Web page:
Looking at internal communications is a surefire way to measure company climate. Observing how employees interact with one another - and how they’re spoken about when they’re not in the room - gives a good indication of the situation.

Climate and culture should overlap. But companies trying to stay strong during The Great Resignation - and avoid falling foul of The Great Regret - should be more interested in building a climate that offers employees greater purpose and meaning. They want a sense of belonging - and leaders are key to shaping this.

Chewing The Fat

Speaking to employees is the best way to gauge their feelings about the company. Unfortunately, these conversations don’t take place nearly regularly enough.

Exit Interviews are all well and good. But they don’t really resolve anything. You are essentially closing the stable door after the horse has bolted. Stay Interviews, on the other hand, can be a catalyst for meaningful change.

Holding these types of proactive conversations with employees across the organisation offers an opportunity to learn about what keeps them engaged and interested in your business. There are plenty of questions that you can ask during a stay interview - here are just a few:

-       “What’s your ‘why’ for working here?”

-       “What do you enjoy most about working here?”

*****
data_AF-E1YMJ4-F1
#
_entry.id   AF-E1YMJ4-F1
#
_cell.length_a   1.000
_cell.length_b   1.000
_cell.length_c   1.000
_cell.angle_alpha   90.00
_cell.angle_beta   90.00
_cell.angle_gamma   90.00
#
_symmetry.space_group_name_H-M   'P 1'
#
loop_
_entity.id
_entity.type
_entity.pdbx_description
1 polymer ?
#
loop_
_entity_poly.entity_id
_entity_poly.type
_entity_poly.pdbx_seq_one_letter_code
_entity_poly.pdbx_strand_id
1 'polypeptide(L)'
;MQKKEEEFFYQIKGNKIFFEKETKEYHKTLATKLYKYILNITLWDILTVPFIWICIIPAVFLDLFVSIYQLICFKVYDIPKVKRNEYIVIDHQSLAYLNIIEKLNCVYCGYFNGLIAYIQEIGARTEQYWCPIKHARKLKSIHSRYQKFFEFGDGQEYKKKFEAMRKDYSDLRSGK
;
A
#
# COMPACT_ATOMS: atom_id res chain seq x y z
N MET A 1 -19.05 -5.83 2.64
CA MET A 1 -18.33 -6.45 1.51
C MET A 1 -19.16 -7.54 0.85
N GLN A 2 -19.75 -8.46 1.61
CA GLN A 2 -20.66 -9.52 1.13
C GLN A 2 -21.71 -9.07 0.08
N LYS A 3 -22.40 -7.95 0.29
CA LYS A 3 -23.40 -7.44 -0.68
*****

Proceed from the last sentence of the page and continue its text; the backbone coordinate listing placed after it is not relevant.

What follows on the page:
-       “What events or situations would cause you to think about leaving?”

This information - coupled with the results of exit interviews and any other employee listening channels you use - provides a platform to develop a greater understanding of your workforce. You will easily be able to see where you need to invest time and resources to avoid staff from heading to the door.

Money Doesn’t Make The World Go Round

Stacks of gold bars don’t change the status quo. Companies that try and use their bank accounts to placate employees may well stem the tide of attrition - but it will be temporary. If higher-than-market-rate salaries aren’t accompanied by a climate worth having, then your people will head for the door in the long term.

Making your grass look greener means looking inwards and focussing on your existing employees’ experiences. Engage with staff across all organisational levels - encourage them to feedback on practices before they hand in their letter of resignation. Otherwise, it won’t be long before the tumbleweeds start rolling through your deserted office.

Guest Author

DDS, Glow London

Empower Ranger

About

As Glow’s resident expert in human potential and workplace culture, DDS’ purpose is to build brand cultures in which people can be themselves so that they are freed-up to do the best work of their lives in pursuit of the company’s mission. They passionately believe that the most transformational brands are serious about creating cultures that intentionally align employee experience with brand. DDS is also the founder of Soul Trained, an executive coaching and leadership growth consultancy that helps leaders get up out of the weeds of their comfort zones and into places they didn’t know they needed to go.When DDS isn’t busy being Glow’s Empower Ranger, they can be found watching repeats of The Voice, X-Factor, and Glee on YouTube on the couch, with Harper and Hemmingway their two gorgeous cats.